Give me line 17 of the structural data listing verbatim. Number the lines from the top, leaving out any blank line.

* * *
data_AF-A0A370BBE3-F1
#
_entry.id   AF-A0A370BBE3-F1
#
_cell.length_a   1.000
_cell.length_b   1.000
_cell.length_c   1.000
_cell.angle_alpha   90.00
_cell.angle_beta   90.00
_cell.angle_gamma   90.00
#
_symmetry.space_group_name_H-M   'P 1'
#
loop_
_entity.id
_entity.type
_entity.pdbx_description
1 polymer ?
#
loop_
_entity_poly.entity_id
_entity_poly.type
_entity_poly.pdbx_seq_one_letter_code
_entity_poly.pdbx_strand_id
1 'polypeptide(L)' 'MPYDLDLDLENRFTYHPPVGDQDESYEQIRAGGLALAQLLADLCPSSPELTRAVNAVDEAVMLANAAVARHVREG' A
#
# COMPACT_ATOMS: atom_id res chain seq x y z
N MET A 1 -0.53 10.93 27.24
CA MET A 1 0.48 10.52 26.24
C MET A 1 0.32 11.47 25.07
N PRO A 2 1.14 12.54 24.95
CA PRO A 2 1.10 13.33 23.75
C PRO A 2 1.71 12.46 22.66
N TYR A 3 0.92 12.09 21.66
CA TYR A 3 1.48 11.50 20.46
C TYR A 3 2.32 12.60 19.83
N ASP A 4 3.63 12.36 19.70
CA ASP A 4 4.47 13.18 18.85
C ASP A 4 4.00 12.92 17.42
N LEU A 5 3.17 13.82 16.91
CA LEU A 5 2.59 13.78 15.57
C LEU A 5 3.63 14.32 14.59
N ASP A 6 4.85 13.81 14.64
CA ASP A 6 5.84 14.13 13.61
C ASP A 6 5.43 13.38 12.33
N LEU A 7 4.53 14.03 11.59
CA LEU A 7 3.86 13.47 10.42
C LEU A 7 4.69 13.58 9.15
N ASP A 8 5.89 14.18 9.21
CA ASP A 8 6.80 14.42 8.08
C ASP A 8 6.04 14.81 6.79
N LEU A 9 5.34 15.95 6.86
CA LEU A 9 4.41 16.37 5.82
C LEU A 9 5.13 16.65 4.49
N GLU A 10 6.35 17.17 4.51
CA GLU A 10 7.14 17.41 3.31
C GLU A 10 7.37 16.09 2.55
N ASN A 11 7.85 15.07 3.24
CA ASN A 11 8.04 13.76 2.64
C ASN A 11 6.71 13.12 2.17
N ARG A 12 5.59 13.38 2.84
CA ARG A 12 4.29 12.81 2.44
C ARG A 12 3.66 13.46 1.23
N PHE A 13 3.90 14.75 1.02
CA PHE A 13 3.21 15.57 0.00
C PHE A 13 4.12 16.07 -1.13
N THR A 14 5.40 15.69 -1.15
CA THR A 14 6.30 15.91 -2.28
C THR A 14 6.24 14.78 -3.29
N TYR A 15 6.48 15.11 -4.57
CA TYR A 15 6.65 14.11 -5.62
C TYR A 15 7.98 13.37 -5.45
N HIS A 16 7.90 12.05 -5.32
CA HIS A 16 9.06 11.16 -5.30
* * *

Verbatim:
_entity.pdbx_description